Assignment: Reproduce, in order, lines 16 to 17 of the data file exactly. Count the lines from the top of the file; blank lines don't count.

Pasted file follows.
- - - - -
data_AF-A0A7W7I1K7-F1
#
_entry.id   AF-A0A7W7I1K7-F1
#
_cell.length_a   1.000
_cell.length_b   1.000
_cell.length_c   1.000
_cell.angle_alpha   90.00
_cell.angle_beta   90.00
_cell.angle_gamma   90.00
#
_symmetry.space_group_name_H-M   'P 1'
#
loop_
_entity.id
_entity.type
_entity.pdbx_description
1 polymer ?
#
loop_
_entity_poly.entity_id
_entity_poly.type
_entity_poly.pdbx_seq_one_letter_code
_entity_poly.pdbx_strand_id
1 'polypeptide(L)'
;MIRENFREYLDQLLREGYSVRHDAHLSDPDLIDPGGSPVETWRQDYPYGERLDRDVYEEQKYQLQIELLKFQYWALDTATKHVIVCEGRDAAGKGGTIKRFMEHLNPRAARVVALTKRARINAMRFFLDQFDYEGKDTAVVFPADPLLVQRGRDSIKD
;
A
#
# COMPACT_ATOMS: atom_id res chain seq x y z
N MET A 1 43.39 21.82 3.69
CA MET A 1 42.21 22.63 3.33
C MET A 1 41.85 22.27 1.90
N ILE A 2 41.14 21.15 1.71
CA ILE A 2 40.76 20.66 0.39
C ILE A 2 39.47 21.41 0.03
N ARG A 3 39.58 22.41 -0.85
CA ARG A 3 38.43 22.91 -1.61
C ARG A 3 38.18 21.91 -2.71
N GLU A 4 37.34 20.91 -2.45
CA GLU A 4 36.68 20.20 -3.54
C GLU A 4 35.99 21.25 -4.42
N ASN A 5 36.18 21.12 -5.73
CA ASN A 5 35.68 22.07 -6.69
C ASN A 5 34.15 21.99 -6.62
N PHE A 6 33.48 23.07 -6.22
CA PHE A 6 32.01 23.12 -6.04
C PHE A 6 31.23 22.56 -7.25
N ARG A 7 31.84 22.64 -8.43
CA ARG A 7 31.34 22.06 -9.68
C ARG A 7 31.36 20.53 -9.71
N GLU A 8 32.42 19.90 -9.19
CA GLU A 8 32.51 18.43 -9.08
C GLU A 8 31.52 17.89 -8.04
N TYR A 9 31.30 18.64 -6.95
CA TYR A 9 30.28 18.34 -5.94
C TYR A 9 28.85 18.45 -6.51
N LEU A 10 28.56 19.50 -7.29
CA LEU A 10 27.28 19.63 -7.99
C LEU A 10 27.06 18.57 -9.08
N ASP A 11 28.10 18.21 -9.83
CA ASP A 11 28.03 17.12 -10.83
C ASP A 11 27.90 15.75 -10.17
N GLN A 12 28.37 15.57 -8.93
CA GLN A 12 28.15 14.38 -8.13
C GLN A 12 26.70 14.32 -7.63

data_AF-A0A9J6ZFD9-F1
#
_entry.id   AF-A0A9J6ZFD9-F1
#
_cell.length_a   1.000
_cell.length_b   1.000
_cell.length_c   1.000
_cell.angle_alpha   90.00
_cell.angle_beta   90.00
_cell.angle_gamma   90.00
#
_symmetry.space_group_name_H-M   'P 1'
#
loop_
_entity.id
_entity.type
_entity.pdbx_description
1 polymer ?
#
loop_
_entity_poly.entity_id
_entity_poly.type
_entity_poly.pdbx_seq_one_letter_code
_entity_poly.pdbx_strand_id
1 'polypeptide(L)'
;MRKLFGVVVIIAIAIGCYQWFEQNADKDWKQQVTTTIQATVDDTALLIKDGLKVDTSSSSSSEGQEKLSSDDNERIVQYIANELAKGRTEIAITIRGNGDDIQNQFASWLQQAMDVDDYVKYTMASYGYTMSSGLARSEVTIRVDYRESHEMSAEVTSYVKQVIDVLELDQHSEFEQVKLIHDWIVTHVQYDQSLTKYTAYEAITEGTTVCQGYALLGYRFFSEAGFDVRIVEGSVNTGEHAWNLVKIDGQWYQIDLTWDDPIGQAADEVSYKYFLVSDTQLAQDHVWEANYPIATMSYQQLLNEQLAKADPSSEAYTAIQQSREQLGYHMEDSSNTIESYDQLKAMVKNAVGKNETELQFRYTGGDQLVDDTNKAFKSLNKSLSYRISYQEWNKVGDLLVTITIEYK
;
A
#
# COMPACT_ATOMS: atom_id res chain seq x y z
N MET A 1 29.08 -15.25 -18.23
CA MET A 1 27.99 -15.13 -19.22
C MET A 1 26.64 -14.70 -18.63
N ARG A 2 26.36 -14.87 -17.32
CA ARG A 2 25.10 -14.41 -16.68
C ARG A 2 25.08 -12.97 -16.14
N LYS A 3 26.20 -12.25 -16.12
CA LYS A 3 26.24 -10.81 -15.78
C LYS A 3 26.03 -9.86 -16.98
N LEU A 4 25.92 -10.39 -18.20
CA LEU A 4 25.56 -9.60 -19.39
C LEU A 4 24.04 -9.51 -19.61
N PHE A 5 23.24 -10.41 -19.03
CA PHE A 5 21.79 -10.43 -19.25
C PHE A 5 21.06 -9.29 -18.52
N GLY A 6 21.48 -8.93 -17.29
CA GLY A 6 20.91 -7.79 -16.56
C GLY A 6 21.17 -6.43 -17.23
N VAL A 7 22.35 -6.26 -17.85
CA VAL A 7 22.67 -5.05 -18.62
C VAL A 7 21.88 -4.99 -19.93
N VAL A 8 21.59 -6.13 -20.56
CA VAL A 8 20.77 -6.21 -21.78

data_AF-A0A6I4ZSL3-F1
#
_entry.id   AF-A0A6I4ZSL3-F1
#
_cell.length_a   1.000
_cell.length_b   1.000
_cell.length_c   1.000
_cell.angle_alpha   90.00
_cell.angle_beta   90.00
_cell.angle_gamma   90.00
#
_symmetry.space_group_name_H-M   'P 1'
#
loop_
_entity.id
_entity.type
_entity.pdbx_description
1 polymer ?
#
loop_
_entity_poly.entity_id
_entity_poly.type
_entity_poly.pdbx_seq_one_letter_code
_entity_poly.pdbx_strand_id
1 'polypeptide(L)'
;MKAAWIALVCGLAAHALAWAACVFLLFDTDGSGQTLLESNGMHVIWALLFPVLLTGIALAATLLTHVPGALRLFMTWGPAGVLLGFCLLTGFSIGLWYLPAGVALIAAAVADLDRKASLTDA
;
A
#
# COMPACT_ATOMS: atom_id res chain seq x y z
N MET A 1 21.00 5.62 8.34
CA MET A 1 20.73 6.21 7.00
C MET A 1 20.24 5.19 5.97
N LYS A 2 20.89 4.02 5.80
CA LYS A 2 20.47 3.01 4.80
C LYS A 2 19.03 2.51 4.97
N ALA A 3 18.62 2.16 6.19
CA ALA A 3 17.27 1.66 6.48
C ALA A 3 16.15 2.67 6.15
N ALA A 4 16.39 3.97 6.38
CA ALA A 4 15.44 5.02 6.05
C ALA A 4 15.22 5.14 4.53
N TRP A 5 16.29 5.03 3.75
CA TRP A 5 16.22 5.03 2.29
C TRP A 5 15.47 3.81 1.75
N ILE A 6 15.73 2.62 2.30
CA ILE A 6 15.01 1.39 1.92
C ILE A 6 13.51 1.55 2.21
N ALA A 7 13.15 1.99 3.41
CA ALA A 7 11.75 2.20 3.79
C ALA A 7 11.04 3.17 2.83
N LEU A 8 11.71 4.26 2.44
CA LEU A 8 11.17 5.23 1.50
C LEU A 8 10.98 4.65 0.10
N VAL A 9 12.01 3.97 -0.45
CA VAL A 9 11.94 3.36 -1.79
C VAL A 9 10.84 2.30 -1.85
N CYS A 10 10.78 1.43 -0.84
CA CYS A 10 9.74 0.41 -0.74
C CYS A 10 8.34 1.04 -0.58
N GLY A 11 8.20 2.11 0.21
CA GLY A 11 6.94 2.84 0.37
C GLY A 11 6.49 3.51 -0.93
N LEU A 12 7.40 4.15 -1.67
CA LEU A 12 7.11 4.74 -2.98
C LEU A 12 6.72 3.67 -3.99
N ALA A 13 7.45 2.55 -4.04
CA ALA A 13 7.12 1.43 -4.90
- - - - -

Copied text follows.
_entity.type
_entity.pdbx_description